July 10, 2010

A quick guide to multimedia software

 

An overview of software for multimedia editing, video hosting & podcasting

Target audience: Nonprofits, social change organizations, educators, NGOs, citizen journalists, media makers. This is part of Creating Media, our ongoing series designed to help nonprofits and other organizations learn how to use and make media.

By Kaitlin LaCasse and Laura S. Quinn
Idealware

Want to get started using audio or videos to engage your current supporters and pull in new ones? There are a number of tools that put multimedia within the reach of most nonprofits. In this excerpt from the Idealware Field Guide to Software for Nonprofits: Fundraising, Communications and Outreach, we explore three related multimedia topics. First, we take a look at multimedia editing software, which can help you whip your audio or video files into shape for public distribution. Then we explore how video sharing websites can help you put your video into the world. Finally, we talk about podcasts, a way to let people easily subscribe to audio or video shows.

Multimedia editing

Multimedia editing software gives you the capability to create videos or audio recordings with a level of a polish that used to require a lot of expensive hardware. Good editing takes time and some skill, but a number of low-cost, straightforward packages put the tools within reach of any nonprofit.

With audio packages, you can edit interviews for length, cut “um”s and pauses, and add music or voiceover introductions. Both GarageBand (for the Mac) and Audacity (for the PC or Mac) are free, solid tools that provide all the functionality you’re likely to need. If you’re eligible for the Adobe donation program through TechSoup, you may be able to get professional-grade Adobe Audition for a $35 admin fee.

Adobe Premier ElementsVideo tools let you cut out pieces you don’t want, splice different sections together, and overlay graphics and text onto your piece. You might join an interview with a constituent together with scenes of your program participants, and put a title screen at the beginning — and even upload it to YouTube with a single click.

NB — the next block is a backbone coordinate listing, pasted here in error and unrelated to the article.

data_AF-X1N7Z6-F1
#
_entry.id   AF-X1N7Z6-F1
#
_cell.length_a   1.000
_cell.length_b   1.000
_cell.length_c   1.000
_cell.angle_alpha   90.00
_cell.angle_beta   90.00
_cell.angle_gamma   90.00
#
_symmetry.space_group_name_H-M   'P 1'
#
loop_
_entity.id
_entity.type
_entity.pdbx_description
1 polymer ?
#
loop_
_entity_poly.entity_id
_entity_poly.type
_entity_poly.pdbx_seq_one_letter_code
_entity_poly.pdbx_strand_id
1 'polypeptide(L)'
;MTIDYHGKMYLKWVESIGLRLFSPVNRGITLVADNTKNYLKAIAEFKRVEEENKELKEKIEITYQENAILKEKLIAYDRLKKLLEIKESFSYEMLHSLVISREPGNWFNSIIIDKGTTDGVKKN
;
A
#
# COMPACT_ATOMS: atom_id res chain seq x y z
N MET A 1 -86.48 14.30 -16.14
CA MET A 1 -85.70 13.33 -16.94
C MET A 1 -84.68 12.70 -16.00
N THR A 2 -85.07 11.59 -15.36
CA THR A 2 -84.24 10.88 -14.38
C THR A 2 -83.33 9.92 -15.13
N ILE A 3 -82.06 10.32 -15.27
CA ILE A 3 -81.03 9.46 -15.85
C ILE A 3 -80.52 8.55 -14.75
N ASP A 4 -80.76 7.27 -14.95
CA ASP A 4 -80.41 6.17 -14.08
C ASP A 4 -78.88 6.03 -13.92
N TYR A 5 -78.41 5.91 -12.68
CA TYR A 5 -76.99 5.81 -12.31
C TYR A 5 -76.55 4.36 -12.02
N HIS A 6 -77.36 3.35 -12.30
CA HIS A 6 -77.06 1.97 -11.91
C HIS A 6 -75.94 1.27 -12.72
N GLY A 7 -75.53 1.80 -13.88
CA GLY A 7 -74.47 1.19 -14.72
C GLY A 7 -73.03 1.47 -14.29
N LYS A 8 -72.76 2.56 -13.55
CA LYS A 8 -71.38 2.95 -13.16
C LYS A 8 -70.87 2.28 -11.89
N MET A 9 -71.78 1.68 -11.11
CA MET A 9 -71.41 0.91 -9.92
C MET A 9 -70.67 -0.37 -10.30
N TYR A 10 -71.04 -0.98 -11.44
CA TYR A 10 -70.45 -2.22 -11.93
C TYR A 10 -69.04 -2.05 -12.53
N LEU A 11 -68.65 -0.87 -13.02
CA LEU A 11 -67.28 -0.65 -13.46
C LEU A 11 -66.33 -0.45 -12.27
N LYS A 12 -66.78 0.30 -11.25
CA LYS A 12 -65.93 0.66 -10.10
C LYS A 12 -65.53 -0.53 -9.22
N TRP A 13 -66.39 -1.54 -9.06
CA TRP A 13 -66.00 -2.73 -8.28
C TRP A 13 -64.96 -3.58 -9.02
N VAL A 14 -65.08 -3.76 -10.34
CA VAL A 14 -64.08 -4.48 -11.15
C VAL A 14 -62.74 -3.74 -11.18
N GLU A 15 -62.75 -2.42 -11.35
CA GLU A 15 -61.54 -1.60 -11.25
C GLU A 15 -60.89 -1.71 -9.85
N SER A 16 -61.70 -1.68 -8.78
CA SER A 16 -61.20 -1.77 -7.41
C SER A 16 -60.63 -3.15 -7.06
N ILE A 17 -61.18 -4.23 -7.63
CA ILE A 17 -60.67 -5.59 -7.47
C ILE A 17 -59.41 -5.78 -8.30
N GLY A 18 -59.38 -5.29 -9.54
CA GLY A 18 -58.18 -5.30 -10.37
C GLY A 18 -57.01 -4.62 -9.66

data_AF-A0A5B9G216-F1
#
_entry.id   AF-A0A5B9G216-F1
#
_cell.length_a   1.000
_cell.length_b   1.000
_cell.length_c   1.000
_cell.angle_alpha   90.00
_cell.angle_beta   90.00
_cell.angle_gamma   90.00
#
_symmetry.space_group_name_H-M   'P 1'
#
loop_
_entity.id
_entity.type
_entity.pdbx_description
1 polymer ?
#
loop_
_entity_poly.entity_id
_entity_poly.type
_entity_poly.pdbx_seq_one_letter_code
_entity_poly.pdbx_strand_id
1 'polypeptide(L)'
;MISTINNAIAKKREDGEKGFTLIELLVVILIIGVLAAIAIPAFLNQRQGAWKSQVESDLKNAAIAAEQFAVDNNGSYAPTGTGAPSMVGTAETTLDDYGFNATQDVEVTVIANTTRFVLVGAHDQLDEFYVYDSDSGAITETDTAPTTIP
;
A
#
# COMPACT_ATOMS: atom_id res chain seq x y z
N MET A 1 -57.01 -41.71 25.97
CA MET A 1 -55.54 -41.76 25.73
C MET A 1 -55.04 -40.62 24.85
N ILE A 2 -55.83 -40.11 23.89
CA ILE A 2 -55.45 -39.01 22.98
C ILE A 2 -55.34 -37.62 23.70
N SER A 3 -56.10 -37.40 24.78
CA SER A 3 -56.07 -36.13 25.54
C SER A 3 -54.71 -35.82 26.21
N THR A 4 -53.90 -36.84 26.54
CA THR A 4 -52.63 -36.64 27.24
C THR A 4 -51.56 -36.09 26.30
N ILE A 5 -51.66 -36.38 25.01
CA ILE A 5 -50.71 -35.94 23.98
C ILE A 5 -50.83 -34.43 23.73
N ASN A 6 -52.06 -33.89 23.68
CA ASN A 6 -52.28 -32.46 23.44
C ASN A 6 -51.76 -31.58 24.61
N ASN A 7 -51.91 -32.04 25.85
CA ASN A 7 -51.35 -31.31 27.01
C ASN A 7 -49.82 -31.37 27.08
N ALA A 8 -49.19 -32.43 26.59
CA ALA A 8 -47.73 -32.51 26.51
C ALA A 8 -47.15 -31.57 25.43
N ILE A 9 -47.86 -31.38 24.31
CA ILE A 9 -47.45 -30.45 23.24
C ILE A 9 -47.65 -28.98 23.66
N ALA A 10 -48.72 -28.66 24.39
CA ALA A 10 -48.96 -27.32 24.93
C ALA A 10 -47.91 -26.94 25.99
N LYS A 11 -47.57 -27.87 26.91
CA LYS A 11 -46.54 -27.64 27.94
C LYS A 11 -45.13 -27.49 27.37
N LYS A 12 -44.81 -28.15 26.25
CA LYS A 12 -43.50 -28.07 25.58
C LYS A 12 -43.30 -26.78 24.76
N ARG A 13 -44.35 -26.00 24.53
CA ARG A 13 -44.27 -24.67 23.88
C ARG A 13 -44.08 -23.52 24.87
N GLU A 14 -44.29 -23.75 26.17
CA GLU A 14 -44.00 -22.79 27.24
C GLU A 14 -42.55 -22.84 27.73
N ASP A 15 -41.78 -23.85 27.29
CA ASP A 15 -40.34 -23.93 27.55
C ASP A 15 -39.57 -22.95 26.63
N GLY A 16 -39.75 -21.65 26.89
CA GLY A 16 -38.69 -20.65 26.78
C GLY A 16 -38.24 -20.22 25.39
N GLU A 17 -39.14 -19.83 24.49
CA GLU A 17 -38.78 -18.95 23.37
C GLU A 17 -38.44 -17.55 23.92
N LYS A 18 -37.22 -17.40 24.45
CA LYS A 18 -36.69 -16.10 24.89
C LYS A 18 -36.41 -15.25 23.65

For Mac users, iMovie (free with the Mac OS X operating system) is a great editing tool for simple movies. The free editing software available for PCs, on the other hand — like Windows Movie Maker and Pinnacle Systems’ VideoSpin — can be difficult to work with, and often imposes insistent front-and-center ads or confusing limitations on supported formats. For PC users, a good alternative is Adobe Premiere Elements (pictured at right, $15 for nonprofits on TechSoup, or the movie editor is about $79 retail), which provides friendly features very similar to iMovie.

[Editors note: There are also a few online video editing options, including Jaycut.com (free), Motionbox.com (free), Moviemasher.com (free & open source) and Kaltura (fee-based and open source, though these solutions have serious limitations.] Continue reading

September 30, 2009

8 ways to use social media in the newsroom

8 ways screenshot

JD LasicaFor the annual conference of the Online News Association this weekend, I’ve pulled together two new printable handouts: 8 ways to use social media in the newsroom, available at http://bit.ly/social-flyer, and 6 Twitter tools for journalists (PDF — and see the accompanying post). I’m speaking on the aptly named Social Media Mania panel on Saturday.

I think these are two of the nicer handouts I’ve produced, using Apple Pages, part of the iWork suite. These downloadable documents are part of the ongoing series of social media guides and tutorials that Socialbrite has been producing for social change organizations, nonprofits, journalists and anyone interested in effective use of social media.

While the PDFs are spiffy-looking, they’re less than optimal for search engines and for the disabled, so I’ll mirror the handouts here in html.

8 ways to use social media in the newsroom

FriendFeed

1An uber-aggregator of your feeds, FriendFeed is like Twitter but easier to organize. You can post more than 140 characters, organize private or public rooms and get a feed of your friends as an e-mail. But FriendFeed is more than an aggregation tool: It’s a virtual watering hole where you can see what’s on the mind of your friends and colleagues.